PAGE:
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In human action and capacity,
Sic. (15) This, as you say, fuggested
-This, as you fav, suggesied
Shall darken him for ever.] As nominatives are fometimes wanting to the verb, fo, on the other hand, as this passage has been all along pointed, we have a redundance : for two relative pronouns, this and which, stand as nominatives to will be. There is, besides, one word fill in this fentence, which, notwithstanding the concurrence of the printed copies, I suspect to have admitted a small corruption.. Why thould it be imputed as a crime to Coriolanus, that he was prompt to teach the people? Or how was it any Toaring insolence in a patrician to aitempt this? The l'oet mult certainly have wrote ;
When his Soaring infolence Shall reach the people ; i. e. When it shall extend to impeach the conduct, or touch the character of the people. A like mistake, upon this word, has pofseffed the vivia's Tragedy in all the copies :
If'tby hot foul had fubitance with thy blood,
My tongue Ball teach. For here tvo we must correct, reach. I regulated and amende ed this paffage in the appendix to my Shakespeare Restored'; aod Mr Pope has reformed it, with me, in his last edition.
Enter a Messenger. Bru. What's the matter?
Mef. You're sent for to the capitol: 'tis thought
Bru. Let's to the capitol,
SCENE changes to the Capitol.
Enter two Officers, to lay Cushions. i Off
. Come, come, they are almost here; how many stand for confulfhips?
2 Off. Three, they say; but 'tis thought of every one, Coriolanus will carry it.
i Off. That's a brave fellow, but he's vengeance proud, and loves not the common people.
2 Off. Faith, there have been many great men that have fattered the people, who never loved them; and there be many that they have ioved, they know not wherefore; so that if they love they know not why, they hate upon no better a ground. Therefore, for Coriolanus neither to care whether they love or hate him, manifests the true knowledge he has in their disposition, and out of his noble carelessness lets them plainly fee't.
I Oft. If he did not care whether he had their love or no, he waved indifferently 'twixt doing thein neither good nor harın: but he seeks their hate with greater devotion than they can render it him; and leaves nothing undone, that may fully discover him their opposite. Now to seem to affect the malice and displeasure of the people, is as bad as that which he dislikes, to flatter them for their love.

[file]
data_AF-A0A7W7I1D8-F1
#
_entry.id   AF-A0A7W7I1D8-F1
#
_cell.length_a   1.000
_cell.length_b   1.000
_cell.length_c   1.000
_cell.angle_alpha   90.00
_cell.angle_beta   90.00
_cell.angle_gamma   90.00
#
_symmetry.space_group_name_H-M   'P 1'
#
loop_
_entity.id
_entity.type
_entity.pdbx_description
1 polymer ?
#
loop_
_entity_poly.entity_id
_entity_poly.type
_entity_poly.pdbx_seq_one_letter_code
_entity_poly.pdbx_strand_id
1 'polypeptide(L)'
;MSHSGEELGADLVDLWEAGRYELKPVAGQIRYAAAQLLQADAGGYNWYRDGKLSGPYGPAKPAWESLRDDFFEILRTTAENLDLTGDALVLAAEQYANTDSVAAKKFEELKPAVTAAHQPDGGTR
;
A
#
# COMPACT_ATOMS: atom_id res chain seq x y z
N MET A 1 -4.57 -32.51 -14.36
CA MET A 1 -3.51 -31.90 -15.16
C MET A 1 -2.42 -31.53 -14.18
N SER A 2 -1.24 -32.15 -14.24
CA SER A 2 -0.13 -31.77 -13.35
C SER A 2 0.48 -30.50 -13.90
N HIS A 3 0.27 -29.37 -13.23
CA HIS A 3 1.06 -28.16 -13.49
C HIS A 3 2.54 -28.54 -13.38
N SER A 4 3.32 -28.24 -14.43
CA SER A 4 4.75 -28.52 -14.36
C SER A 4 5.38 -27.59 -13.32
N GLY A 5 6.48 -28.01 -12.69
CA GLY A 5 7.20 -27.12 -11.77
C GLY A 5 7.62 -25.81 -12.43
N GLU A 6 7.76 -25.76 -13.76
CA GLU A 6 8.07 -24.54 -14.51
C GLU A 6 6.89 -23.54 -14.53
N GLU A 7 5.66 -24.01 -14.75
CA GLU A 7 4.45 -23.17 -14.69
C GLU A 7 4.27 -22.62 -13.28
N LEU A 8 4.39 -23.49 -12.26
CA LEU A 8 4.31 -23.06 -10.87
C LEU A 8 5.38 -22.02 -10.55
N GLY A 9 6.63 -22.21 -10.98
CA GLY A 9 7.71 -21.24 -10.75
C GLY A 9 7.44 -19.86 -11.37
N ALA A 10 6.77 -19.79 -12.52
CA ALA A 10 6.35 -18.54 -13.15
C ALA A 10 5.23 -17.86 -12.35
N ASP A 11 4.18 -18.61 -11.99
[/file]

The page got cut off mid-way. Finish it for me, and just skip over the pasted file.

20ff. He hath deserved worthily of his country: and his ascent is not by such easy degrees as those who have been supple and courteous to the people; bonnetted, without any further deed to heave them at all into their eitimation and report: but he hath fo planted his honours in their eyes, and his actions in iheir hearts, that for their tongues to be silent, and not confess so much, were a kind of ingrateful injury; to report otherwise, were a malice, that, giving itself the lye, would pluck reproof and rebuke from every ear that heard it.
1 Of. No more of him, he is a worthy man: make way, they are coming. Enter the Patricians, and the Tribunes of the People,
Liitors before them; CORIOLANUS, MENENIUS, COMINIUS the Consul: sicINIUS and BRUTUS take their places by themselves.
Men. Having determined of the Volscians, and
By Caius Marcius Coriolanus; whom
i Sen. Speak, good Cominius :
Sic. We are convented
Bru. Which the rather
Men. That's off, that's off:
Brit. Most willingly:
and have hearts Irclinable to hont ur and advance
The theme of our ajjemhly.) Without doubt it would have been more proper for the tribune, who is here addresling hipfelf to the fenate, to have said:
The theme of your cfembly. But Shakespeare, contrary to the truth of history, makes the tribunes fit in the Senate, as part of that body. For 'till the Lex Attinia (which Attinius is supposed by Sigonius, De Vetere. Italiæ jure, to have been contemporary with Quintus Metcllus Macedonicus ;) the tribunes had not the privilege of entering the senate, but had feats placed for them near the door, on the outside of the house.
Mr Warburt0% 2
Men. He loves your people,
[Coriolanus rises and offers to go away. Nay, keep your place.
i Sen. Sit, Coriolanus; never shame to hear What you have nobly done.
Cor. Your Honour's pardon:
Cor. No, Sir; yet oft,
Men. Pray now, sit down.
th' sun, When the alarm were struck, than idly fit To hear my nothings monstered. [Exit Coriolonus.
Men. Masters of the people, Your multiplying spawn how can he flatter, That's thousand to one good one? when you see He had rather venture all his limhs for honour, Than one of's ears to hear't. Proceed, Cominius.
Com. I shall lack voice; the deeds of Coriolanus Should not be uttered feebly. It is held, That valour is the chiefest virtue, and Moit dignifies the haver: if it be, The man I speak of cannot in the world Be singly counterpoised. At fixteen years, When Tarquin made a head for Rome, he fought Beyond the mark of others: our then dictator, Whom with all praise I point at, saw hini fight, When with his Amazonian chin he drove VOL. XI.